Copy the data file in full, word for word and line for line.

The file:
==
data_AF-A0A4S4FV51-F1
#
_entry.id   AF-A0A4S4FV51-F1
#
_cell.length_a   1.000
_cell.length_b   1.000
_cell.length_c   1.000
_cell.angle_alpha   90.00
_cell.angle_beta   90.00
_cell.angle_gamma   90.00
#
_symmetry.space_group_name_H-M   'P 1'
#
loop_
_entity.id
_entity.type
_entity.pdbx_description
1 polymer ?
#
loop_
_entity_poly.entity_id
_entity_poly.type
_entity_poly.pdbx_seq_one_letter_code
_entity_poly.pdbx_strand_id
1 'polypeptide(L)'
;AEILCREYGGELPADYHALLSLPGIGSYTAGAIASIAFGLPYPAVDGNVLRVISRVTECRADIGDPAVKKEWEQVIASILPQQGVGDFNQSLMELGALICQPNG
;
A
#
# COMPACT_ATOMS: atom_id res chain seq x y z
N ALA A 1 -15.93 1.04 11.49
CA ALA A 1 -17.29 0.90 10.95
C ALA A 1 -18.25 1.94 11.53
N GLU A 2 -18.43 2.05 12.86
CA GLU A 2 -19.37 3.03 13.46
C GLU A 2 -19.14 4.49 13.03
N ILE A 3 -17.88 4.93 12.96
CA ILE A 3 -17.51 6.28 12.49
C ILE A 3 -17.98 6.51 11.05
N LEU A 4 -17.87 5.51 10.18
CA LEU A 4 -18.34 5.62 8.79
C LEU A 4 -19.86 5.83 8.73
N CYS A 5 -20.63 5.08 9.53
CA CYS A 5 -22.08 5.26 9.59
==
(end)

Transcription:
data_AF-A0A4S4FV51-F1
#
_entry.id   AF-A0A4S4FV51-F1
#
_cell.length_a   1.000
_cell.length_b   1.000
_cell.length_c   1.000
_cell.angle_alpha   90.00
_cell.angle_beta   90.00
_cell.angle_gamma   90.00
#
_symmetry.space_group_name_H-M   'P 1'
#
loop_
_entity.id
_entity.type
_entity.pdbx_description
1 polymer ?
#
loop_
_entity_poly.entity_id
_entity_poly.type
_entity_poly.pdbx_seq_one_letter_code
_entity_poly.pdbx_strand_id
1 'polypeptide(L)'
;AEILCREYGGELPADYHALLSLPGIGSYTAGAIASIAFGLPYPAVDGNVLRVISRVTECRADIGDPAVKKEWEQVIASILPQQGVGDFNQSLMELGALICQPNG
;
A
#
# COMPACT_ATOMS: atom_id res chain seq x y z
N ALA A 1 -15.93 1.04 11.49
CA ALA A 1 -17.29 0.90 10.95
C ALA A 1 -18.25 1.94 11.53
N GLU A 2 -18.43 2.05 12.86
CA GLU A 2 -19.37 3.03 13.46
C GLU A 2 -19.14 4.49 13.03
N ILE A 3 -17.88 4.93 12.96
CA ILE A 3 -17.51 6.28 12.49
C ILE A 3 -17.98 6.51 11.05
N LEU A 4 -17.87 5.51 10.18
CA LEU A 4 -18.34 5.62 8.79
C LEU A 4 -19.86 5.83 8.73
N CYS A 5 -20.63 5.08 9.53
CA CYS A 5 -22.08 5.26 9.59